“Buy now, pay later” loans — also known as point-of-sale loans — offer consumers the ability to pay off their purchases over a fixed period of time with installment payments typically due bi-weekly or monthly.
If you’ve shopped on the websites of Target, Walmart, Sephora or ASOS recently, you’ve probably noticed the BNPL option whenever you get to the checkout page. Square’s recent acquisition of one popular BNPL provider, Australia-based AfterPay, for nearly $30 billion, points to the growing popularity of BNPL providers. In fact, a recent report by CB Insights predicts that the industry will grow 10 to 15 times its current size by 2025.
Depending on your loan provider, taking out a POS loan can either increase, decrease or have no impact at all on your credit score. Some of the most popular POS loan providers — AfterPay, Affirm and Klarna — report some loans to the credit bureaus while others don’t.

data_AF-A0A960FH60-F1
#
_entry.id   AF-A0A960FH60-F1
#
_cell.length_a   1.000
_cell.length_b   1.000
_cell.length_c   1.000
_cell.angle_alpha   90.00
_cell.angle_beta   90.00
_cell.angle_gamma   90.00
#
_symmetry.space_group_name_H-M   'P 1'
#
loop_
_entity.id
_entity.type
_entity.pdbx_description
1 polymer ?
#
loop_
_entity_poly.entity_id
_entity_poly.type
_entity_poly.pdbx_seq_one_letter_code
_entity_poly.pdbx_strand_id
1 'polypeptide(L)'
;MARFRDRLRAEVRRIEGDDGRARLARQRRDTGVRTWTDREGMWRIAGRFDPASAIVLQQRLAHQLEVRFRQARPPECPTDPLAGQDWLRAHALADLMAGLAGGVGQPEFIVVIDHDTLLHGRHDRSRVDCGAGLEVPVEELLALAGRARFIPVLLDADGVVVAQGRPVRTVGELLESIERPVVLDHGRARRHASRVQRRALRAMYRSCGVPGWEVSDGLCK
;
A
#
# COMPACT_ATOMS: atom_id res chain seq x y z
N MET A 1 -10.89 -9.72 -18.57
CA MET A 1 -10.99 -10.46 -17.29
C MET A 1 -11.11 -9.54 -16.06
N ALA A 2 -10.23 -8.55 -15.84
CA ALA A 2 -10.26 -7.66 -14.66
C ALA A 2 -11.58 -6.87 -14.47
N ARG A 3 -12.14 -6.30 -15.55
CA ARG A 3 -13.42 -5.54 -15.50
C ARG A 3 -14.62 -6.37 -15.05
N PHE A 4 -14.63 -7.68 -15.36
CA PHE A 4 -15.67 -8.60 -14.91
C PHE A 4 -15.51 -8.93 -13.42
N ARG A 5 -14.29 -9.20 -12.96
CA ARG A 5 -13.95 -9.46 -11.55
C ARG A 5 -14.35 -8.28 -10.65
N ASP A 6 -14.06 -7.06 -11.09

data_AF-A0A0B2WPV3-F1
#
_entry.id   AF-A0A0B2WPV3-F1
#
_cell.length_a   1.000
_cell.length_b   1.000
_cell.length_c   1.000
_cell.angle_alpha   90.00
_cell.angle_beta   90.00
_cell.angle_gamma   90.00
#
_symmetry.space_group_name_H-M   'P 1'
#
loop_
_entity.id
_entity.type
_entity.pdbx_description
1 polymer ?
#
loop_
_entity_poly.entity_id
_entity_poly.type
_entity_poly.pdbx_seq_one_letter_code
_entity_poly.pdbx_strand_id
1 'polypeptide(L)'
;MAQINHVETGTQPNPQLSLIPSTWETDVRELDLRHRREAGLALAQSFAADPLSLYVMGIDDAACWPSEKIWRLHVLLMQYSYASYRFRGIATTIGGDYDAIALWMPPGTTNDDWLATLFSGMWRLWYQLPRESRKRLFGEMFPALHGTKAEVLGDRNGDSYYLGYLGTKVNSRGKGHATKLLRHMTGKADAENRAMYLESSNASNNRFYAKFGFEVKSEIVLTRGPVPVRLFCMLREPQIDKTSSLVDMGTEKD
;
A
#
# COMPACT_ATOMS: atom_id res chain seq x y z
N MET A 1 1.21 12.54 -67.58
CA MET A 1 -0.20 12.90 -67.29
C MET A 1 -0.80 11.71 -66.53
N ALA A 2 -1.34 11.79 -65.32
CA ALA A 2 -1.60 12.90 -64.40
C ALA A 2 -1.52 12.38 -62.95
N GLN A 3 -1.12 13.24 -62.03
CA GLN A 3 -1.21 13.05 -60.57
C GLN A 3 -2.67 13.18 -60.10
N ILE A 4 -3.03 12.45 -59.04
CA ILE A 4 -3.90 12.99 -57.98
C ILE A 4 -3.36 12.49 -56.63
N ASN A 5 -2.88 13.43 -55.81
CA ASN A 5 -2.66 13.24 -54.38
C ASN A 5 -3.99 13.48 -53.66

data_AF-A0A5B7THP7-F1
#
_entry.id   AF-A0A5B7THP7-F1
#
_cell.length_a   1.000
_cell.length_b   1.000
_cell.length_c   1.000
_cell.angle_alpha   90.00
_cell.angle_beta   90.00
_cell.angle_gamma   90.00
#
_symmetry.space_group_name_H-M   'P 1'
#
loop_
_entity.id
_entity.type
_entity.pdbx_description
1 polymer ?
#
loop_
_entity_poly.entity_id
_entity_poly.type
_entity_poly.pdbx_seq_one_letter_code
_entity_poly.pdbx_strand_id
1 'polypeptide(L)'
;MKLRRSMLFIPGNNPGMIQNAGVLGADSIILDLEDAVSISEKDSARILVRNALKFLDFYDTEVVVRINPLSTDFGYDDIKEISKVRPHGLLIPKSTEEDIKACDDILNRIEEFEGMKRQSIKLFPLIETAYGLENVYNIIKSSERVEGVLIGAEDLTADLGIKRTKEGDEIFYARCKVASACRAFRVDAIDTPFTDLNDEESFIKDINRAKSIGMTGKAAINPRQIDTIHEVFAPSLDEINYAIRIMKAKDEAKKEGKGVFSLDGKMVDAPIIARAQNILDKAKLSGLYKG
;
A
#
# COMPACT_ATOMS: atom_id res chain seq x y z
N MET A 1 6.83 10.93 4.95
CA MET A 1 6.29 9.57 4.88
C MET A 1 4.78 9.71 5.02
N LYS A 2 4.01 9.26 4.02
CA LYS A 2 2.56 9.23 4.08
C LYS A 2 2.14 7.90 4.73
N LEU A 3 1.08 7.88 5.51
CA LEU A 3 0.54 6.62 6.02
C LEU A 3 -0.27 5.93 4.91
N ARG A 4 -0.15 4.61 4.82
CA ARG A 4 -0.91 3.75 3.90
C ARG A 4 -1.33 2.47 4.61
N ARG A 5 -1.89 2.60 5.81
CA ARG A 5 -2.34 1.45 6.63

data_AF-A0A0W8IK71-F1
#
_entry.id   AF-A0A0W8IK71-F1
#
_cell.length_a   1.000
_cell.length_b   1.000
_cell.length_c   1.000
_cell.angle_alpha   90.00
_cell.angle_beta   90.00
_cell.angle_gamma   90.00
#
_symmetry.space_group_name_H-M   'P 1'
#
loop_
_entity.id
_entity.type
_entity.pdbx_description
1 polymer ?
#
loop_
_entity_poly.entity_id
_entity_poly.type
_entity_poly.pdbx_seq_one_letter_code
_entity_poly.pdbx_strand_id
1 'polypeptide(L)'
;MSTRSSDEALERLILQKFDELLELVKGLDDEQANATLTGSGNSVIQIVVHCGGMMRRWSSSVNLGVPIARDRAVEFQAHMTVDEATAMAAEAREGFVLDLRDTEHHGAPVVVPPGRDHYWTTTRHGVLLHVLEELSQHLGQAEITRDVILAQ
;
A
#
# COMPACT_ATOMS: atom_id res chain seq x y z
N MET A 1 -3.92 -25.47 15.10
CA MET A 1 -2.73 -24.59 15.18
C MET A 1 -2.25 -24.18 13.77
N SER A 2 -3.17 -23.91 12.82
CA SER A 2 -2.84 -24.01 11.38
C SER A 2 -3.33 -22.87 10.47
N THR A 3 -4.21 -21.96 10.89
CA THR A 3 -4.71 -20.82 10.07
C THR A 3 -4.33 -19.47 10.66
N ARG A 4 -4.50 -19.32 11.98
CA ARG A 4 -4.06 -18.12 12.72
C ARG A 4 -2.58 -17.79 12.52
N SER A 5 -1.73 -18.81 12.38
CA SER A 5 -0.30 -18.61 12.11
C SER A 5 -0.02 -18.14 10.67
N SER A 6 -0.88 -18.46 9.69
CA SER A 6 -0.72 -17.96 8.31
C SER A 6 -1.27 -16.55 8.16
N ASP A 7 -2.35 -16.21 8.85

Affirm is one BNPL provider that does report information to Experian on some loans. It doesn’t report loans with a 0% APR and four biweekly payments or loans where people were given the option of a three-month payment term with 0% APR. For other Affirm loans, the entire loan history is reported to Experian.
AfterPay performs no credit check at all, making it a solid option for people who have poor or bad credit and have a hard time securing a loan otherwise (it also won’t improve your credit score). It doesn’t report loans to the credit bureaus.
Klarna will perform a soft credit check if you’re taking out a ‘Pay in 4’ loan or a ‘Pay in 30 days’ loan, and you’ll face a hard inquiry if you sign up for long-term Klarna financing. With longer loans, it does report late payments/delinquent accounts to the credit bureaus.
Ultimately, we think everyone should do their homework regarding these loans. The companies are positioning themselves to be the wave of the very near future so it’s wise to pay close attention to any gimmicks.